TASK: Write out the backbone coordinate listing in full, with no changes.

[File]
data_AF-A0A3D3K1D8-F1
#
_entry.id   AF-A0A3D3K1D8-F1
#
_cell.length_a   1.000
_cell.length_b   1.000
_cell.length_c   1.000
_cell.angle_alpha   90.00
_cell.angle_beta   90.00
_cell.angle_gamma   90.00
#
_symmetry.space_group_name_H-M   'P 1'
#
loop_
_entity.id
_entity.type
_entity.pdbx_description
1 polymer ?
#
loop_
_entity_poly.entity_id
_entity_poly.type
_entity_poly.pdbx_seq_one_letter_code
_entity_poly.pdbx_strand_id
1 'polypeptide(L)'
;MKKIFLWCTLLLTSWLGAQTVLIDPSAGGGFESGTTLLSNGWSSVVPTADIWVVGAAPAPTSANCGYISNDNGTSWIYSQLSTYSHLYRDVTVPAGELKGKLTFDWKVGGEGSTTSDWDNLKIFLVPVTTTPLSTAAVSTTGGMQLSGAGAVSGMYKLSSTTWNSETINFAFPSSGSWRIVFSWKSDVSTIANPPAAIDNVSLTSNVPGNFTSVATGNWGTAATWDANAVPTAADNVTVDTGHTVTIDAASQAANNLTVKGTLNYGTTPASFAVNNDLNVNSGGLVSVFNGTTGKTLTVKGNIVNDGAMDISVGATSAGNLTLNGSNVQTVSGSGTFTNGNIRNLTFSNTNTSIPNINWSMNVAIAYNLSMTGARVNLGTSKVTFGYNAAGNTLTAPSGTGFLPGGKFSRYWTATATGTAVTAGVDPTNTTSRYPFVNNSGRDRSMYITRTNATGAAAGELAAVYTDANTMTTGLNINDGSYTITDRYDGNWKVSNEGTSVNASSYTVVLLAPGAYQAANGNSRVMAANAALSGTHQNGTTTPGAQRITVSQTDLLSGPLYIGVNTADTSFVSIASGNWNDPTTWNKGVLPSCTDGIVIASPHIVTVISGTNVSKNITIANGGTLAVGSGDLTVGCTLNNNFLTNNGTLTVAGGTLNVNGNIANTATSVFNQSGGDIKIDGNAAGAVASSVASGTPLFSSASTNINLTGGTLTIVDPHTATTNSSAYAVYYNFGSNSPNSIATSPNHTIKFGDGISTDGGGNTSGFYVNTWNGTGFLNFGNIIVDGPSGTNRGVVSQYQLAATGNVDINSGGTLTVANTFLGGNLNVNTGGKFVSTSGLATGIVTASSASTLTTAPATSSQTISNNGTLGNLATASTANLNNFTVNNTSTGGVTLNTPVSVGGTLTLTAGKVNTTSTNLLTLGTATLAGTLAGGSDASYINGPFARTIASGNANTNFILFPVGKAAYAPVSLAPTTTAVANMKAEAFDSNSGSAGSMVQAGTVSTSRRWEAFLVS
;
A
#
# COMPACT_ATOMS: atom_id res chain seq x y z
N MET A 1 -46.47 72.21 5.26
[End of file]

data_AF-A0A3D3K1D8-F1
#
_entry.id   AF-A0A3D3K1D8-F1
#
_cell.length_a   1.000
_cell.length_b   1.000
_cell.length_c   1.000
_cell.angle_alpha   90.00
_cell.angle_beta   90.00
_cell.angle_gamma   90.00
#
_symmetry.space_group_name_H-M   'P 1'
#
loop_
_entity.id
_entity.type
_entity.pdbx_description
1 polymer ?
#
loop_
_entity_poly.entity_id
_entity_poly.type
_entity_poly.pdbx_seq_one_letter_code
_entity_poly.pdbx_strand_id
1 'polypeptide(L)'
;MKKIFLWCTLLLTSWLGAQTVLIDPSAGGGFESGTTLLSNGWSSVVPTADIWVVGAAPAPTSANCGYISNDNGTSWIYSQLSTYSHLYRDVTVPAGELKGKLTFDWKVGGEGSTTSDWDNLKIFLVPVTTTPLSTAAVSTTGGMQLSGAGAVSGMYKLSSTTWNSETINFAFPSSGSWRIVFSWKSDVSTIANPPAAIDNVSLTSNVPGNFTSVATGNWGTAATWDANAVPTAADNVTVDTGHTVTIDAASQAANNLTVKGTLNYGTTPASFAVNNDLNVNSGGLVSVFNGTTGKTLTVKGNIVNDGAMDISVGATSAGNLTLNGSNVQTVSGSGTFTNGNIRNLTFSNTNTSIPNINWSMNVAIAYNLSMTGARVNLGTSKVTFGYNAAGNTLTAPSGTGFLPGGKFSRYWTATATGTAVTAGVDPTNTTSRYPFVNNSGRDRSMYITRTNATGAAAGELAAVYTDANTMTTGLNINDGSYTITDRYDGNWKVSNEGTSVNASSYTVVLLAPGAYQAANGNSRVMAANAALSGTHQNGTTTPGAQRITVSQTDLLSGPLYIGVNTADTSFVSIASGNWNDPTTWNKGVLPSCTDGIVIASPHIVTVISGTNVSKNITIANGGTLAVGSGDLTVGCTLNNNFLTNNGTLTVAGGTLNVNGNIANTATSVFNQSGGDIKIDGNAAGAVASSVASGTPLFSSASTNINLTGGTLTIVDPHTATTNSSAYAVYYNFGSNSPNSIATSPNHTIKFGDGISTDGGGNTSGFYVNTWNGTGFLNFGNIIVDGPSGTNRGVVSQYQLAATGNVDINSGGTLTVANTFLGGNLNVNTGGKFVSTSGLATGIVTASSASTLTTAPATSSQTISNNGTLGNLATASTANLNNFTVNNTSTGGVTLNTPVSVGGTLTLTAGKVNTTSTNLLTLGTATLAGTLAGGSDASYINGPFARTIASGNANTNFILFPVGKAAYAPVSLAPTTTAVANMKAEAFDSNSGSAGSMVQAGTVSTSRRWEAFLVS
;
A
#
# COMPACT_ATOMS: atom_id res chain seq x y z
N MET A 1 -46.47 72.21 5.26